86. In his final written submissions, Mr. Moriarty Q.C. contended that Mr. Fetherstonhaugh should not be permitted to resile from the concession made in the Further Information, and that I ought not to grant a declaration which goes beyond BHAL's case as there modified. However, I made it reasonably clear in the course of the opening (18th September transcript pages 22, 105) that I considered it possible that the concession might not have been rightly made, and in any event it would be unsatisfactory for me to refuse to grant a declaration because I did not entirely agree with either party's construction. I gave Bromley an opportunity to make further submissions and even to adduce additional evidence, if BHAL's change of conclusion had caused prejudice. But Mr. Moriarty confirmed that the only prejudice which might have been caused was that Bromley refused a without prejudice offer after taking into account, amongst other matters, BHAL's original position. This is relevant, if at all, to costs. I therefore consider myself free to grant a declaration which accords with my view, even if it is not consistent with BHAL's original case or even its present case.
87. Before turning to the precise wording of clause 1.8, I propose to consider the other terms of the lease and the business transfer agreement and the commercial background. In my view they lend strong support to the view that the parties did not intend to prohibit scheduled services.
88. The first point is of course the reference in Schedule 3 to a scheduled service to France. This is mentioned, not as an exception to a general prohibition on scheduled flights, but because it is permitted to operate is slightly outside the usual hours. On the face of it, this indicates that scheduled flights must be within the categories of activity permitted by clause 1.8. Otherwise, one would expect to find the operation of a scheduled service to France as an additional category of permitted activity in clause 1.8, or as an exception in clause 5.9.1 to the prohibition against carrying on activities outside those permitted by clause 1.8. Mr. Moriarty submitted that it was obviously an exception, permitted because the Le Touquet service already existed, that the parties had mistakenly omitted to add "except for the scheduled service to France referred to in the Third Schedule" to clause 5.9.1, and that the lease should be read as if these words had been added, or as it is sometimes put that the court should supply the additional words.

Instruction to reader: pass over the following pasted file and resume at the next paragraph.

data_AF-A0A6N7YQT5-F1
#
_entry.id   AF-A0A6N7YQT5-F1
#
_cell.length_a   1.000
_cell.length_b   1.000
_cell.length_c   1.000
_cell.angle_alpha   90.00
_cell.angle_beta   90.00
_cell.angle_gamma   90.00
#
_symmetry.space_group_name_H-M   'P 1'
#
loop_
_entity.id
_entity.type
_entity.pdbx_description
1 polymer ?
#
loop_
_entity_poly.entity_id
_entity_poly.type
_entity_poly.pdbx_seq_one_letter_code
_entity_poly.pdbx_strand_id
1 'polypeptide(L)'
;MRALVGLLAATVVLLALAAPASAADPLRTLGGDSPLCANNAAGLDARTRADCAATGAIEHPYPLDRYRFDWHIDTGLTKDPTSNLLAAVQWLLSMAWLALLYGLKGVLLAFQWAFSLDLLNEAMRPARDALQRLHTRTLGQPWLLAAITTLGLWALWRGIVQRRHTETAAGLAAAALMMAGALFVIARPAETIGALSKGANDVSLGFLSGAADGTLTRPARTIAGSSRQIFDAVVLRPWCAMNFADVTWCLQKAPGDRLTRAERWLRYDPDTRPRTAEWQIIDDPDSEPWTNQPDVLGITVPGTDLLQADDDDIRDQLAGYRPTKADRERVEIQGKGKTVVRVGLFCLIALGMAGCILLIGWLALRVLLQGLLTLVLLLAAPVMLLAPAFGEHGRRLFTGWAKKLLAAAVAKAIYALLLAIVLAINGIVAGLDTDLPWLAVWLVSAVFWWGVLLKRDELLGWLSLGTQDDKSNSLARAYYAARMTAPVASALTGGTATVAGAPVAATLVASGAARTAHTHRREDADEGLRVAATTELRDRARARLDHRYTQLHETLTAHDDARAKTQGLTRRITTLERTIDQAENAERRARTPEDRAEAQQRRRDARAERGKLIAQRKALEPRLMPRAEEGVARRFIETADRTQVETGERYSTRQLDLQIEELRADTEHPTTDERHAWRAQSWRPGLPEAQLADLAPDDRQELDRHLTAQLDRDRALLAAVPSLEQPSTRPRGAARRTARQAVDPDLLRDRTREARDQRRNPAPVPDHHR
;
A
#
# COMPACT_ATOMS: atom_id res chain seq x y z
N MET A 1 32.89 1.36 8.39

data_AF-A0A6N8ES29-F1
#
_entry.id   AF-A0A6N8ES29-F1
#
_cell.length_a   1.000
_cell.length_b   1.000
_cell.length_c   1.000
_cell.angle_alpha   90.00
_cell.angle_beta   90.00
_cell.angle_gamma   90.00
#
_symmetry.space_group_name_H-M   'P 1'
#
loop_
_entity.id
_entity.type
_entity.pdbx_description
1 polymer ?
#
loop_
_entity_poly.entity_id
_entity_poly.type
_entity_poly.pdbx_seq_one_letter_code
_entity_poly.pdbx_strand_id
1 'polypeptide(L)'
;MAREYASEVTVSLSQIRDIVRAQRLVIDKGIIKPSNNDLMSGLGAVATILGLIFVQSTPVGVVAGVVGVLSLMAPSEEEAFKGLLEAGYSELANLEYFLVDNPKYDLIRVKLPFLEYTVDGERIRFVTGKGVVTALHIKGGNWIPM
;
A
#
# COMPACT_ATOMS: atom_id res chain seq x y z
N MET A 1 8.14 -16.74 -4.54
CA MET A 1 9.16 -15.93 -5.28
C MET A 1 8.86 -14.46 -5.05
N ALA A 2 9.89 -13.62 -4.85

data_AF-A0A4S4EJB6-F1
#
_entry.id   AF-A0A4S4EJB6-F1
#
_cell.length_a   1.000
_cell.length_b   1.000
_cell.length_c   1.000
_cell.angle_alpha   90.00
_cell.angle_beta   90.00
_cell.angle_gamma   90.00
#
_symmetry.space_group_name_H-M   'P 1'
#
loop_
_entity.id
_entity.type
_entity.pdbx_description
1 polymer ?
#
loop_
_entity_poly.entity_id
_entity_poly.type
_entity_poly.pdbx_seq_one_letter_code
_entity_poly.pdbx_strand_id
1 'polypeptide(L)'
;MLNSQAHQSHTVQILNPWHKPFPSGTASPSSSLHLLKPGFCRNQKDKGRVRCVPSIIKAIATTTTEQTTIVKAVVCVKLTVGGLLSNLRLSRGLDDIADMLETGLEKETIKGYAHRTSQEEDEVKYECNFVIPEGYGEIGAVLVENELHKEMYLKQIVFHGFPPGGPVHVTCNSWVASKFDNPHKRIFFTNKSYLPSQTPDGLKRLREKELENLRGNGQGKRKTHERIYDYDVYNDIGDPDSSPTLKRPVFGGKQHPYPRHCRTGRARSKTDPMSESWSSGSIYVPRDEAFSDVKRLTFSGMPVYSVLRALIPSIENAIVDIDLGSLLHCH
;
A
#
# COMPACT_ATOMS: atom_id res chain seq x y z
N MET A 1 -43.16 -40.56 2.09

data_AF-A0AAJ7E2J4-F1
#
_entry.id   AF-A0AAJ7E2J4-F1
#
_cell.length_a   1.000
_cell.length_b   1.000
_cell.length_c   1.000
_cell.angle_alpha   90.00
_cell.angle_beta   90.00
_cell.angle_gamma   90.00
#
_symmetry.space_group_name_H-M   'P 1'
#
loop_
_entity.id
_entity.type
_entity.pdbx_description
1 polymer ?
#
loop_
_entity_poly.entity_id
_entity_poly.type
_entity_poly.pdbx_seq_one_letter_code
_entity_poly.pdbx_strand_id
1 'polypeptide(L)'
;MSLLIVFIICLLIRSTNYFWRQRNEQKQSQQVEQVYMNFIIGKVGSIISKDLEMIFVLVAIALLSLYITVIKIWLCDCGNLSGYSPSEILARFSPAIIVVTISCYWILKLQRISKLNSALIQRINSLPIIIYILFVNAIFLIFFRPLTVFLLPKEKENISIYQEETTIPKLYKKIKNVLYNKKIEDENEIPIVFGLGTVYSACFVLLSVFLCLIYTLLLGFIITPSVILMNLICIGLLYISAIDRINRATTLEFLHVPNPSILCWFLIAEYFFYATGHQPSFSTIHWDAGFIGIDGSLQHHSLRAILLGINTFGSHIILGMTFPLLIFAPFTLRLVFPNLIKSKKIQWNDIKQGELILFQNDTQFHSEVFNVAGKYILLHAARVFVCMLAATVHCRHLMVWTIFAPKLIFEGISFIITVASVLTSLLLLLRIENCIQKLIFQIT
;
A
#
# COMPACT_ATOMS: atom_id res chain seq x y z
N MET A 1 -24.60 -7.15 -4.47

89. In my view, the effect of the authorities to which I have referred is to preclude the court from supplying the additional words required unless their omission was obviously a mistake. This would be the case if the wording of clause 1.8 could not possibly cove a scheduled service to France, but the words "and other airport and aviation related uses" clearly could, at least if broadly interpreted. Support for the view that the omission was an obvious mistake must therefore be found elsewhere, although a court should perhaps be more ready to accept that even in a professionally drafted formal document words may have been inadvertently omitted, than that a linguistic mistake has been made.
90. The second point, also arising from Schedule 3, is that it permits outside the usual hours a scheduled service to anywhere in France. Thus, it is not just an exception for an existing service; for example if the Love Air service ceased, BHAL could permit another company to operate a scheduled service to Paris or Nice outside the usual hours. This shows that the parties contemplated that at least one new scheduled service might come into existence, and that it would not necessarily be business oriented.
91. The third point is that, whereas clause 12.5.14 of the agreement with AUK of 8 th July 1988 expressly prohibited scheduled services in the operating criteria, the operating conditions in Schedule 3 do not; since the draftsman clearly drew much of Schedule 3 from clause 12.5 of the old agreement, this looks like a deliberate omission. Mr. Moriarty submits that this is because the prohibition is now imposed by clause 1.8, defining permitted user, for which there is no parallel in the AUK agreement. But if the draftsman had intended to maintain this prohibition, the obvious course would have been simply to leave it in its original form, subject to the exception for the service to France. It is clear that much of Schedule 3 was directly copied or adapted from the provisions of the 1988 agreement, and anyhow it would make no sense to replace clear specific provision with the clause 1.8 wording. The obvious inference is that it was not mistakenly omitted, but deliberately omitted because it was no longer to apply.
92. The fourth point is that after 1991 the regime so far as scheduled services under the 1988 agreement had been relaxed. They were permitted subject to the limitations set out in the approved policy. Even if there was only one service currently in existence, this was not for want of trying and it was seen by the Council as part of the financial problem that the prospects were not better (see para. 15 of the memo of October/November 1993 quoted at para. 48 above). Therefore, it is extremely unlikely that the Council would have wished to ban scheduled services subject only to one exception and far more likely, if a ban was to be imposed at all, that it would have been subject to the exceptions established in 1991. There would have been no sense in imposing severer restrictions.
93. Fifth, the Operating Criteria in Schedule 3 were all subject to the arbitration provision in clause 2.11; an unreasonable refusal to relax the conditions could be challenged. The effect of Mr. Moriarty's argument, if correct, is that the restriction on scheduled services was not only more severe, it was also, because it was imposed by means of the permitted user clause instead of the Operating Criteria, set in stone unless the Council in its absolute discretion agreed otherwise. This strikes me as most unlikely to have been intended, especially as the Council had not had any objection in principle to scheduled services since 1991.